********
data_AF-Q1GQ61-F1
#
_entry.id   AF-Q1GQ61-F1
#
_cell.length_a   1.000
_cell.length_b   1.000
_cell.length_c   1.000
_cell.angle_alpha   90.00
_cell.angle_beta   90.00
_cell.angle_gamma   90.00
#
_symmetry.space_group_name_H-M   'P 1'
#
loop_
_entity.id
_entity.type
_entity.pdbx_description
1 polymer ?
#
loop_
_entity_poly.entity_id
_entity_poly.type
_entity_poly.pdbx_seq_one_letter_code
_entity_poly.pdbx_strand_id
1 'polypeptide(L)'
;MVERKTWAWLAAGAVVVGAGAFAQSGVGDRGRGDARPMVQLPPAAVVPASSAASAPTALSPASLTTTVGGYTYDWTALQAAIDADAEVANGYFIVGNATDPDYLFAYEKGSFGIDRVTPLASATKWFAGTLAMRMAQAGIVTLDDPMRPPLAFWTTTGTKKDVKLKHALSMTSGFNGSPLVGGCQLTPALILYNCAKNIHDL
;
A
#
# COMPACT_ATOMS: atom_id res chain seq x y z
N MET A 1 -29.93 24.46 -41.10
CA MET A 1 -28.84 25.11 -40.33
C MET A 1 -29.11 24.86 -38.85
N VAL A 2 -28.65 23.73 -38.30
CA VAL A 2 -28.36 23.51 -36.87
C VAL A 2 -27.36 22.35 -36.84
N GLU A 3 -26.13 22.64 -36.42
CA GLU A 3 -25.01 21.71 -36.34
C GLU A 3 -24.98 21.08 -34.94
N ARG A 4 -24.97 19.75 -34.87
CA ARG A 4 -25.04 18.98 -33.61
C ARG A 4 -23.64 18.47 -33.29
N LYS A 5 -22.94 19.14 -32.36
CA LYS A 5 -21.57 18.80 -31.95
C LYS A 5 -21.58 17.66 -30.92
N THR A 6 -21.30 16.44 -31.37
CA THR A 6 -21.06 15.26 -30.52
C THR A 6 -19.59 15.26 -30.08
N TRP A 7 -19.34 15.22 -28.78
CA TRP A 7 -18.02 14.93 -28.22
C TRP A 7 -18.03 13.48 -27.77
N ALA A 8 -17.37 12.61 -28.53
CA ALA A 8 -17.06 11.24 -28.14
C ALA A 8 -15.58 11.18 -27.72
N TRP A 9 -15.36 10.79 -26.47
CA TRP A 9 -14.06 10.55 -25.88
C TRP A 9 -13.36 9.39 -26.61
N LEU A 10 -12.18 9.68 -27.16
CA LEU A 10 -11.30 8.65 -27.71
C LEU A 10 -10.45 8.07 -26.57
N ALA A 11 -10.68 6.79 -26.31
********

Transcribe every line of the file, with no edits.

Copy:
data_AF-Q1GQ61-F1
#
_entry.id   AF-Q1GQ61-F1
#
_cell.length_a   1.000
_cell.length_b   1.000
_cell.length_c   1.000
_cell.angle_alpha   90.00
_cell.angle_beta   90.00
_cell.angle_gamma   90.00
#
_symmetry.space_group_name_H-M   'P 1'
#
loop_
_entity.id
_entity.type
_entity.pdbx_description
1 polymer ?
#
loop_
_entity_poly.entity_id
_entity_poly.type
_entity_poly.pdbx_seq_one_letter_code
_entity_poly.pdbx_strand_id
1 'polypeptide(L)'
;MVERKTWAWLAAGAVVVGAGAFAQSGVGDRGRGDARPMVQLPPAAVVPASSAASAPTALSPASLTTTVGGYTYDWTALQAAIDADAEVANGYFIVGNATDPDYLFAYEKGSFGIDRVTPLASATKWFAGTLAMRMAQAGIVTLDDPMRPPLAFWTTTGTKKDVKLKHALSMTSGFNGSPLVGGCQLTPALILYNCAKNIHDL
;
A
#
# COMPACT_ATOMS: atom_id res chain seq x y z
N MET A 1 -29.93 24.46 -41.10
CA MET A 1 -28.84 25.11 -40.33
C MET A 1 -29.11 24.86 -38.85
N VAL A 2 -28.65 23.73 -38.30
CA VAL A 2 -28.36 23.51 -36.87
C VAL A 2 -27.36 22.35 -36.84
N GLU A 3 -26.13 22.64 -36.42
CA GLU A 3 -25.01 21.71 -36.34
C GLU A 3 -24.98 21.08 -34.94
N ARG A 4 -24.97 19.75 -34.87
CA ARG A 4 -25.04 18.98 -33.61
C ARG A 4 -23.64 18.47 -33.29
N LYS A 5 -22.94 19.14 -32.36
CA LYS A 5 -21.57 18.80 -31.95
C LYS A 5 -21.58 17.66 -30.92
N THR A 6 -21.30 16.44 -31.37
CA THR A 6 -21.06 15.26 -30.52
C THR A 6 -19.59 15.26 -30.08
N TRP A 7 -19.34 15.22 -28.78
CA TRP A 7 -18.02 14.93 -28.22
C TRP A 7 -18.03 13.48 -27.77
N ALA A 8 -17.37 12.61 -28.53
CA ALA A 8 -17.06 11.24 -28.14
C ALA A 8 -15.58 11.18 -27.72
N TRP A 9 -15.36 10.79 -26.47
CA TRP A 9 -14.06 10.55 -25.88
C TRP A 9 -13.36 9.39 -26.61
N LEU A 10 -12.18 9.68 -27.16
CA LEU A 10 -11.30 8.65 -27.71
C LEU A 10 -10.45 8.07 -26.57
N ALA A 11 -10.68 6.79 -26.31